The recent sub-zero temperatures brought out a lot of insulated clothes and layering of articles, but it also brought out that in Kentucky many children are at the mercy of inefficient heating in their homes. Low income families may have trouble paying their utility bills in January. There are services to help.

This coming Monday is the first day to sign up for the crisis phase of a federal program called LIHEAP, Low Income Home Energy Assistance Program.

Greg Stotlmyre, with the Kentucky News Connection, spoke with Michael Moynahan, the energy program director for Community Action Kentucky, the agency that oversees the program.

He told Greg, "They have to be facing an emergency situation where they've either received a disconnect from their utility company or they have run out of their bulk fuel."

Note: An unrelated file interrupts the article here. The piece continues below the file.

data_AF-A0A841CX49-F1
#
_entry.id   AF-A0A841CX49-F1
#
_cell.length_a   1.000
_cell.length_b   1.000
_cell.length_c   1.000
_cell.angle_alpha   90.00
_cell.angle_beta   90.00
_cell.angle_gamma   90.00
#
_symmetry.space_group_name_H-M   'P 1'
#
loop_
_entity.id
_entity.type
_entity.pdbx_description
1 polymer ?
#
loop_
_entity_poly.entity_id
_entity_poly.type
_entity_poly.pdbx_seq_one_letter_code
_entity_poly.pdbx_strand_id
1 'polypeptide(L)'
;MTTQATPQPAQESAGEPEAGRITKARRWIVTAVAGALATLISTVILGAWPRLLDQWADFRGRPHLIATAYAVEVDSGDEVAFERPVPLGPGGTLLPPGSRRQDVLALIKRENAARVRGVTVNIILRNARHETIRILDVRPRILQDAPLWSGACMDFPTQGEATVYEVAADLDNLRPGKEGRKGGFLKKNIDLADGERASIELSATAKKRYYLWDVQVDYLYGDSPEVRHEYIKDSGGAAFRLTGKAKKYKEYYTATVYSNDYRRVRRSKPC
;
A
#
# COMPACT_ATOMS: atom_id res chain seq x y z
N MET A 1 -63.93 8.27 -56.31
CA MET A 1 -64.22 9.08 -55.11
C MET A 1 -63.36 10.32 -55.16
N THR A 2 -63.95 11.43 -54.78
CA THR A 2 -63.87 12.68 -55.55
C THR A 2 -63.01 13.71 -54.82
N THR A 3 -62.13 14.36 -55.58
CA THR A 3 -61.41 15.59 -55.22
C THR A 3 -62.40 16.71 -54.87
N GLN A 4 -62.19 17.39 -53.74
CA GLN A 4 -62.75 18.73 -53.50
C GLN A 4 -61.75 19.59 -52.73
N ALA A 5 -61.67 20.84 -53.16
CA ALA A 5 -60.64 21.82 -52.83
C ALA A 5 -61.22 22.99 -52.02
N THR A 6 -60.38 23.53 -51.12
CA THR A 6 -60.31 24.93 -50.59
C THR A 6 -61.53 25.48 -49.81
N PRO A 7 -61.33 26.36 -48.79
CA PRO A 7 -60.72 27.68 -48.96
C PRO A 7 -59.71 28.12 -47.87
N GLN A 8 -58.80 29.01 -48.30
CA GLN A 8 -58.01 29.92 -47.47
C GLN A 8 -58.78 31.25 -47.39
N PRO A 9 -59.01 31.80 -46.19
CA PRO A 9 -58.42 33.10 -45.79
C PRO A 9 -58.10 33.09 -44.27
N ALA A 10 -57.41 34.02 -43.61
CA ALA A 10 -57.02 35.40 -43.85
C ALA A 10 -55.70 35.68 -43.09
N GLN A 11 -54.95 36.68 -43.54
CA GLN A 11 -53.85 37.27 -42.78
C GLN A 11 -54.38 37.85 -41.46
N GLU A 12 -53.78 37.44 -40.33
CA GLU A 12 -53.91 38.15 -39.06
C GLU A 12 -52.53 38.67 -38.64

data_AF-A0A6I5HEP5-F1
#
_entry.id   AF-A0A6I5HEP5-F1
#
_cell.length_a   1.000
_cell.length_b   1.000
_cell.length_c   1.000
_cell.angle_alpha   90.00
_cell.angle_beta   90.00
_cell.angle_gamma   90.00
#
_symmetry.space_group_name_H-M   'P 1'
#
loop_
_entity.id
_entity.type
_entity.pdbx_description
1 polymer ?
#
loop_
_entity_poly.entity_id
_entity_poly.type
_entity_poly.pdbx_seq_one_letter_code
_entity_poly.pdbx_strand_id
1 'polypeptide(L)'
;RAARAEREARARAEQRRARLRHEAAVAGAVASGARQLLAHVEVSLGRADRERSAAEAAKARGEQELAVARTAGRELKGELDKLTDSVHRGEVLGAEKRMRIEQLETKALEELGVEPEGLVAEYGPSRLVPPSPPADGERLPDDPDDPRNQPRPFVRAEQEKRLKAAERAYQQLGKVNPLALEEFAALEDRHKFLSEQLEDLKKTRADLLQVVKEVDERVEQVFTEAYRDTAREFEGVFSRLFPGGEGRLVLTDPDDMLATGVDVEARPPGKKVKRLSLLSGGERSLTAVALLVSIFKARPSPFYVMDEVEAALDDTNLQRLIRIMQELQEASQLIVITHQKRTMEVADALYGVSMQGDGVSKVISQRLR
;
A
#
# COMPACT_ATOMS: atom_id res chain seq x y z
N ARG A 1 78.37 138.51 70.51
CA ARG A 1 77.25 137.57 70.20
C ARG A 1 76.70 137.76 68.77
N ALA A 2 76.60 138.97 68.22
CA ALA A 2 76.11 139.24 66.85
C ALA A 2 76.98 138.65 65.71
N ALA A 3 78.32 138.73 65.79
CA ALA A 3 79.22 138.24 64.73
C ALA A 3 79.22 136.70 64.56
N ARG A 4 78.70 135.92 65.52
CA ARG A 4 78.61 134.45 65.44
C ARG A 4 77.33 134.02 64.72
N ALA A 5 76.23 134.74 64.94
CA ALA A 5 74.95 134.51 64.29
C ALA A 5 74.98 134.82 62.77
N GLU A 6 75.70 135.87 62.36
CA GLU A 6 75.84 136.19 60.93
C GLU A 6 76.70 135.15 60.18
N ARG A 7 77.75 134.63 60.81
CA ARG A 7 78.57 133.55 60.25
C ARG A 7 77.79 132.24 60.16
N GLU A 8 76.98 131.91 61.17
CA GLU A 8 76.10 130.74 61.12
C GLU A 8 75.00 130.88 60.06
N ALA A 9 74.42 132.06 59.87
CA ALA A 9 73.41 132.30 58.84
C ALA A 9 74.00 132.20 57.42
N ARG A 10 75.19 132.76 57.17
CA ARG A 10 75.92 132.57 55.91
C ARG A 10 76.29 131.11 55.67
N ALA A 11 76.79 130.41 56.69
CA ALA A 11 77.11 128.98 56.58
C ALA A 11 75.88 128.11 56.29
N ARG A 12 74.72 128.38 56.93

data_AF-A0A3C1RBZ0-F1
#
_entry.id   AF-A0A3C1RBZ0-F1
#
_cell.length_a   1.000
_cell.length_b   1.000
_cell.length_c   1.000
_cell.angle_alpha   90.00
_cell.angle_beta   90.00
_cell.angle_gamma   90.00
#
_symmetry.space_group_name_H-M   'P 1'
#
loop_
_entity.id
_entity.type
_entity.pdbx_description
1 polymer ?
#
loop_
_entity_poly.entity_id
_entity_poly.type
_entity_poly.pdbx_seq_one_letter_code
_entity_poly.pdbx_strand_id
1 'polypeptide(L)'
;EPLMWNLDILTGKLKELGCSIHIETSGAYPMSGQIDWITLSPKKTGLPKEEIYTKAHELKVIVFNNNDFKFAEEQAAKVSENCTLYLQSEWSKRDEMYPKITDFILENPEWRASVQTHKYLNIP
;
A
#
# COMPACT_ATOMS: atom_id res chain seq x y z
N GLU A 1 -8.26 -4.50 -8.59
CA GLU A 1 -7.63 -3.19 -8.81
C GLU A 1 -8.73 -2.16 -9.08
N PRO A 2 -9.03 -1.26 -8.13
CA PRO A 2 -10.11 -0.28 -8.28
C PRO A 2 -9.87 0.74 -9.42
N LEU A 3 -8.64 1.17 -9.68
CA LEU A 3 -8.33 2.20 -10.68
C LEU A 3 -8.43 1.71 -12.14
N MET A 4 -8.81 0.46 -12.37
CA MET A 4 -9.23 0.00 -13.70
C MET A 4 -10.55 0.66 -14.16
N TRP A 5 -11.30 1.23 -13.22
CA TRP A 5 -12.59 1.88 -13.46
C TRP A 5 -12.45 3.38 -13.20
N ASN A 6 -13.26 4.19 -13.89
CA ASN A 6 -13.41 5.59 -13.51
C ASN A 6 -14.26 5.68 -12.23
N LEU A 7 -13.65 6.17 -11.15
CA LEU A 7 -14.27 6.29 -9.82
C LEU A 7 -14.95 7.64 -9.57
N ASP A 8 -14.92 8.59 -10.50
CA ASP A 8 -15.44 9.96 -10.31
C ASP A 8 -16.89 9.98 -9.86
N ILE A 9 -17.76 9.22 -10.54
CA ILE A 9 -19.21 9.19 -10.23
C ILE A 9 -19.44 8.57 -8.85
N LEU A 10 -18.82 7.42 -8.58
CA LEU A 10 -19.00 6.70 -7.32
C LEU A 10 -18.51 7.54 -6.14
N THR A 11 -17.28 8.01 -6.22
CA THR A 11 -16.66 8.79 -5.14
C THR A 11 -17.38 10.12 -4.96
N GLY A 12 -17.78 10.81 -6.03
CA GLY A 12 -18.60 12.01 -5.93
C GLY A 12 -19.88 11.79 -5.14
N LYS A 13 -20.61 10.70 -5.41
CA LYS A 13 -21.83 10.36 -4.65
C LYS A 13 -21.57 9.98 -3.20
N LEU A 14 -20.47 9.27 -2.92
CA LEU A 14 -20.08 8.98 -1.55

When qualified, the applicant is helped by crisis assistance, which provides up to $400  sent directly to the utility company or bulk fuel vendor. Moynahan says the average assistance amount is about $250.

An example of someone being helped is Peggy Sanchez, a single mom of five from Paris. She says the assistance from Community Action will help her family stay in the home they rent. "Oh my gosh, without the assistance I wouldn't be able to pay my gas bills and we would be without heat and water," she says.

To be eligible, family income must be at 130 percent of the federal poverty level or below. For a family of four that's roughly $2,500 a month before taxes.

Moynahan says LIHEAP crisis funding dropped by about 3.5 percent this year. Combine that with the frigid start to January and he expects the funds to be gone before the program ends March 31.

The program is based on a first-come, first-serve policy. So, Moynahan says, "So, we encourage anyone who is eligible for it and who's facing that disconnect status to apply as early as they can."

Around 100,000 Kentucky families through a tough patch this winter.

To see if you or soemone you know may qualify, call this number: 1-800-456-3452.

Stay warm!